Untethered+CoverWhen urban academic Hayley Katzen moves to a remote Australian cattle property to live with her farmer girlfriend, she hopes, at last, to find home.

But this is no happy-ever-after tree change. Lecture halls, law reform and the arts are replaced with castrating calves, shovelling manure, fire-fighting and anti-gas blockades. In a place that attracts people who live by their own rules, Hayley must confront her limitations and preconceptions to forge her own identity.

Set in the unpredictable beauty of the Australian landscape, and told with Hayley Katzen’s compelling candour and rigour, Untethered charts one migrant’s search for home. Part love story and part off-the-grid adventure, Untethered is a powerful reminder that home can be found in many forms – in love, in family and friends, in ideologies and political movements, in landscapes and communities, and ultimately, in ourselves.

The bubble of blissful isolation

Back in 1998, during our first romantic year, I was rarely alone on the farm. The first time, I sat beneath the passionfruit vine, struck by the silence and beauty but also by the depth of the aloneness in this middle of nowhere place. I imagined myself disappearing, becoming irrelevant. I might be completely smitten with Jen but no way would I choose such isolated living over my creative and diverse community at the coast. The years ticked by. I lived and worked in town, two and a half hours from the farm; Jen continued to live here. Our fortnightly long weekends were indulgent and delicious.

Fast forward a decade to a time when I spent most of my days alone at my desk overlooking the vegie garden and down the rutted driveway. Early evening I’d hear the horse’s hooves and look out to see Jen heading home. Although there’s a small local community, I’d not made ‘friends’ in my usual way. This beautiful connection with Jen, even my trips to visit my coastal friends, didn’t satisfy my appetite for connection or assuage my sense of invisibility.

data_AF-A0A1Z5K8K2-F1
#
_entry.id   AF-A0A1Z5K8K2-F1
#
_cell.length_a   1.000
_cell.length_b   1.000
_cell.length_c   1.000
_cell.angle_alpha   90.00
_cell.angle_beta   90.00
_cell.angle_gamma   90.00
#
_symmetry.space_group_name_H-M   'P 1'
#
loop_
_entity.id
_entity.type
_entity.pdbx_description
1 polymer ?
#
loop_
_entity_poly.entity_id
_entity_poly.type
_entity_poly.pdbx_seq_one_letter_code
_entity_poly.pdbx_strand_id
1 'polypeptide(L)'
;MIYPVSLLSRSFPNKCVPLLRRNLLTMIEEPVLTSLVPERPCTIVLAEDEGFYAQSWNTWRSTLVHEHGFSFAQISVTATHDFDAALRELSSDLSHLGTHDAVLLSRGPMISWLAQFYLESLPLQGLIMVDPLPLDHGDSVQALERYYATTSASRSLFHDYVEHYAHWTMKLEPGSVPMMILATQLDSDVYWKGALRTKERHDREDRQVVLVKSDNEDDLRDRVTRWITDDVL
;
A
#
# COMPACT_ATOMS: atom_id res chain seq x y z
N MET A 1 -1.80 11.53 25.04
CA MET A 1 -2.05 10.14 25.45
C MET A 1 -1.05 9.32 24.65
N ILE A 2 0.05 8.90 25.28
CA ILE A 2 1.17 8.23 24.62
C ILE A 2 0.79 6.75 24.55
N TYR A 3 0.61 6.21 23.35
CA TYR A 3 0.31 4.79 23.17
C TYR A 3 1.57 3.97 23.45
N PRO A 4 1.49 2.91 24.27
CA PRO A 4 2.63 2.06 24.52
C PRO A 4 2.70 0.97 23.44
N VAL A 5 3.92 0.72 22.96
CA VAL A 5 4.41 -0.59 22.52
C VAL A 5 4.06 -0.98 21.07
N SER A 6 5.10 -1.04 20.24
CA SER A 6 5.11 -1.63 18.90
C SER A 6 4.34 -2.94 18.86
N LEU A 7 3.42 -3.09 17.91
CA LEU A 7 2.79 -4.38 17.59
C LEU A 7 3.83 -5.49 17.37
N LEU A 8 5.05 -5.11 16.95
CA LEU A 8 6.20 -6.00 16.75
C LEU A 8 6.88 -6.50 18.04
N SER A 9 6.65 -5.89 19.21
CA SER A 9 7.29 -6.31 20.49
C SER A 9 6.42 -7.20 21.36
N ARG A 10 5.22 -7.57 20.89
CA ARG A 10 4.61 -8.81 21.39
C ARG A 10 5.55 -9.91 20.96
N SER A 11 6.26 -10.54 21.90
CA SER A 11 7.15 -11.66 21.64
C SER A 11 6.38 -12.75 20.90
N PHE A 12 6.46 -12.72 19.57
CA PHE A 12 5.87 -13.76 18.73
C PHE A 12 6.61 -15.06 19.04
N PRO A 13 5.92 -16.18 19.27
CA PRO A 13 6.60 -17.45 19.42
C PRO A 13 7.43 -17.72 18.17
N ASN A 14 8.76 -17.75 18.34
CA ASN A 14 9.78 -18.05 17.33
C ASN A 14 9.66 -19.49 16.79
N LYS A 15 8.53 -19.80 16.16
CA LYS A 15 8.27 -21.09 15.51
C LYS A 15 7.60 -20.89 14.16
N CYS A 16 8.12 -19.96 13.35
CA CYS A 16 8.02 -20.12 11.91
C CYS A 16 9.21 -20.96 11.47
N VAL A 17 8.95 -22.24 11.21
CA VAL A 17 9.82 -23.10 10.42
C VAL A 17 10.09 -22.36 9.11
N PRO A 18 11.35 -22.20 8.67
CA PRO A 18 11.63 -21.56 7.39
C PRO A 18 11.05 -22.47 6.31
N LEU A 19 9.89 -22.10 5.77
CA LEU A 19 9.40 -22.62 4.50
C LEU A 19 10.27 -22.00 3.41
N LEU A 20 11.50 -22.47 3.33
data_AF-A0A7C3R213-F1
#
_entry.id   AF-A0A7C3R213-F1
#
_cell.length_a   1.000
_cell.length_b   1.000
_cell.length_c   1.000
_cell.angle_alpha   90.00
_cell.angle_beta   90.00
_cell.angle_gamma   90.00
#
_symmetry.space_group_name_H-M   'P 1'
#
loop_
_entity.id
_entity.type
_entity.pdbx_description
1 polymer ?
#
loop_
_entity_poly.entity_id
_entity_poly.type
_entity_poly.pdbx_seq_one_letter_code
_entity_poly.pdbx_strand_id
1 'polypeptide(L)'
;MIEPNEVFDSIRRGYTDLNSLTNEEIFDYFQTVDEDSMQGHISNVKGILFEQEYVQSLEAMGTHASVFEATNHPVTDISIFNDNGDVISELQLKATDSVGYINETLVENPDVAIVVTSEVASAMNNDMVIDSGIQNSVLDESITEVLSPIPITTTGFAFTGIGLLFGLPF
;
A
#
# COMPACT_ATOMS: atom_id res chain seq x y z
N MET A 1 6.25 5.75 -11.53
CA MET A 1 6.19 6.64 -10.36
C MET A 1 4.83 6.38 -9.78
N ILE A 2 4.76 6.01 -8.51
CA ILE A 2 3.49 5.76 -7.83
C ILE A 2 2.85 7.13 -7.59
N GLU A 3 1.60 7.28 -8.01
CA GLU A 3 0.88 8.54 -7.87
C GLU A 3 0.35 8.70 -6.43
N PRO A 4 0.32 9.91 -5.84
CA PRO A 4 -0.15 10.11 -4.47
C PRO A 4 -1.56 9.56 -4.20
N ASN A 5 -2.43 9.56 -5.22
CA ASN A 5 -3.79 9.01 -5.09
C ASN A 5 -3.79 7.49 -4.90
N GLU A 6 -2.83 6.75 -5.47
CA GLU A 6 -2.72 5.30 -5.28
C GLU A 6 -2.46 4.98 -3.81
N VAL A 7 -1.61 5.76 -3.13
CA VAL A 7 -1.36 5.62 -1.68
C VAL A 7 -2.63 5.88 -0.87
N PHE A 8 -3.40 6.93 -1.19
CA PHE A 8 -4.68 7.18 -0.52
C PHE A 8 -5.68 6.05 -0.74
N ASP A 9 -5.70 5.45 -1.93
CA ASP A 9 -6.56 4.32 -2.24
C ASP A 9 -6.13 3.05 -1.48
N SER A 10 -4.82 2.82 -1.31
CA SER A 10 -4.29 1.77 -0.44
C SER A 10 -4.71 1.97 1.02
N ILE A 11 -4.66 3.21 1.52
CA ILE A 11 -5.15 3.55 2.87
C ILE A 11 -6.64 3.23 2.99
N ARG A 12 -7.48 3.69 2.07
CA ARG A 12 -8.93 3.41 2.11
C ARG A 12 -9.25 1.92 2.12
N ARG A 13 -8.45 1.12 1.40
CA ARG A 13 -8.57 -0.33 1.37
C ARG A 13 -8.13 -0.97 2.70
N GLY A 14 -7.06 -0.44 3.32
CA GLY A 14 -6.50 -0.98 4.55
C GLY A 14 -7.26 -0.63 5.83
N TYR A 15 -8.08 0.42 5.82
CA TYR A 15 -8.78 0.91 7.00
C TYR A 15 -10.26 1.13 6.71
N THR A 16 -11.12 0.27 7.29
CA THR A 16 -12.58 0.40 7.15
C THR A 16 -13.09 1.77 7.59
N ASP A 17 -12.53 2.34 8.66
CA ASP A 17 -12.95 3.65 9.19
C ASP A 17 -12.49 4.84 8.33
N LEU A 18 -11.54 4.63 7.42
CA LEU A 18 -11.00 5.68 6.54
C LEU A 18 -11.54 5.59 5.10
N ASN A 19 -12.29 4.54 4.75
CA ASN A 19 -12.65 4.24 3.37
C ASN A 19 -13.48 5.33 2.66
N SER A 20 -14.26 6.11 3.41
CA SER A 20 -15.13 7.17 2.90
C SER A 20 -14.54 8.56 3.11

With no mobile phone reception, dial-up internet, mail only three times a week and rarely any unannounced visitors, I’d sometimes turn on the radio just to hear another voice. The isolation I’d so feared had become a defining feature of my life. I railed against it, feared my city friends had bored of me and that I’d become a character in a Jane Austen novel, waiting for my partner to return home. I longed for that merry-go-round of life out there.

And I didn’t want to leave Jen. The push-and-pull. If only the choice would be made for me by an external force – like a job or medical reasons. If only I was stronger, fitter, more self-sufficient. Isolated living seemed to highlight all my limitations. My failure to love the freedom and beauty of this place and life, to fully inhabit this wondrous relationship became the stick with which I beat myself. I could see no way out, no end.

Fast forward another decade to this time of covid quarantine and I’m grateful for this isolated living and the way in which this place and its people have shaped me so that I now appreciate aloneness. I am able to be where I am, rather than longing for where I’m not.

What’s more, after last year – ovarian cancer, drought, bushfire and a beloved friend’s death – I now have the energy and space to work and knit myself back together. The February flood settled the soot and dust. Around us the bush is recovering, the paddocks thriving, wild zinnias swarm across the garden and we’ve eaten our first micro greens from Jen’s garden. I have access to iMessages and What’s Apps, and there are calls from friends whose lives are now less peopled too. I have never felt less isolated.

Here in this temporary bubble, I read poignant reflections on fear of aloneness, frightening accounts of people who are unsafe. I read tips for mental health, about technology to help one connect, and ‘social-distancing burnout’. Everywhere are acknowledgments of our innate need for connection, everyday opportunities are offered to connect virtually. And yet, now, after all these years, I am happy right here in this moment, breathing in the stillness and vastness, grateful to hear only the whirr of my thoughts or voice, Jen’s comments or laughter, or today’s chosen soundtrack.

There is no decision to make, nothing I need to do about this isolation. At some point the doors will swing open, the streets will fill and community will again take place face to face.

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